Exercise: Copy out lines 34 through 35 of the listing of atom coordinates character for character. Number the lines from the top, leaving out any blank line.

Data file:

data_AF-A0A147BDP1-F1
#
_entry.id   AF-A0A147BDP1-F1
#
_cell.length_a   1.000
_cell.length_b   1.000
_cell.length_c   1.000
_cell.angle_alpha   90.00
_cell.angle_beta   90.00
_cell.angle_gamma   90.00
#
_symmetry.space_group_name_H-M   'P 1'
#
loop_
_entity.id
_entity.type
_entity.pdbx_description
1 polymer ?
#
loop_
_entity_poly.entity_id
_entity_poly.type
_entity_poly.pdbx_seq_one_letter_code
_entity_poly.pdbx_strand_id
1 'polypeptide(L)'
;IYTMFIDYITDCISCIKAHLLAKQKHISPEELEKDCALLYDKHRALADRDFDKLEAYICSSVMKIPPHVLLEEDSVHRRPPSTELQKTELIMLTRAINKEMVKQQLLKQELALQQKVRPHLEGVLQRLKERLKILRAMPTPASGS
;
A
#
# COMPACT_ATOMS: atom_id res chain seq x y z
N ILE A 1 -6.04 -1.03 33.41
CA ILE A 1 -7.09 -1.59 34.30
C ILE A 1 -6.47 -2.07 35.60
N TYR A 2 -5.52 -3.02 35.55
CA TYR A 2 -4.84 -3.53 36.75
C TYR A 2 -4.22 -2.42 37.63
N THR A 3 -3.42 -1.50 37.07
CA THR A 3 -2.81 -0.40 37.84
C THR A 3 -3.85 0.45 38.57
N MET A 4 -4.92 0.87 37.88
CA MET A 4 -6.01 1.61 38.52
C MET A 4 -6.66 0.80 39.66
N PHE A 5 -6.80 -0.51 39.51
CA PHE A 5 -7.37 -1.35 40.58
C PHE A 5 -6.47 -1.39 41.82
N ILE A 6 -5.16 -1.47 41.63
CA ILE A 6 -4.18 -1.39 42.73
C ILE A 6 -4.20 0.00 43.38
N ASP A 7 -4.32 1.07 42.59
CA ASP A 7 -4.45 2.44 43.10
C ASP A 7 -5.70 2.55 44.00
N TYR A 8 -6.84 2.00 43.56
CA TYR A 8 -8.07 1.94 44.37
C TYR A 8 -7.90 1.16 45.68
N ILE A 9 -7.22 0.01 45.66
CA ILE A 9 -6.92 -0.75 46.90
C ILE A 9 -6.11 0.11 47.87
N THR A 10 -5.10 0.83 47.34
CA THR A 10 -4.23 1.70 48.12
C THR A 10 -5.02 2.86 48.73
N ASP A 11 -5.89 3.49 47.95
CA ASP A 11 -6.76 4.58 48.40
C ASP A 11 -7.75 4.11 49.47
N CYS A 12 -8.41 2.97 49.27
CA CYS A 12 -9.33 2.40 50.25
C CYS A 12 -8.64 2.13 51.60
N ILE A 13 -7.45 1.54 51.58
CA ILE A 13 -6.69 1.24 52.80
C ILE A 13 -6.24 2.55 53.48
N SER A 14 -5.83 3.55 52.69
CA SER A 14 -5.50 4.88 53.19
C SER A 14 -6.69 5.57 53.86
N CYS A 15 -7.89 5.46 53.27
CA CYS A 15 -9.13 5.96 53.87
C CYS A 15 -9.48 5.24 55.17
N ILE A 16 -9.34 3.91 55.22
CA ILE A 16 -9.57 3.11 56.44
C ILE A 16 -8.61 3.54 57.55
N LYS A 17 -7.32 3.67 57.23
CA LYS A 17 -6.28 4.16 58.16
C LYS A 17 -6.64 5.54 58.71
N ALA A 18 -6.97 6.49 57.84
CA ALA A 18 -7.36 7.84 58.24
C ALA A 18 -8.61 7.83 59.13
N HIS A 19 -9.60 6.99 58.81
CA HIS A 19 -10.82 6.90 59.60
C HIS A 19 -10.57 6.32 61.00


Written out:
N TYR A 2 -5.52 -3.02 35.55
CA TYR A 2 -4.84 -3.53 36.75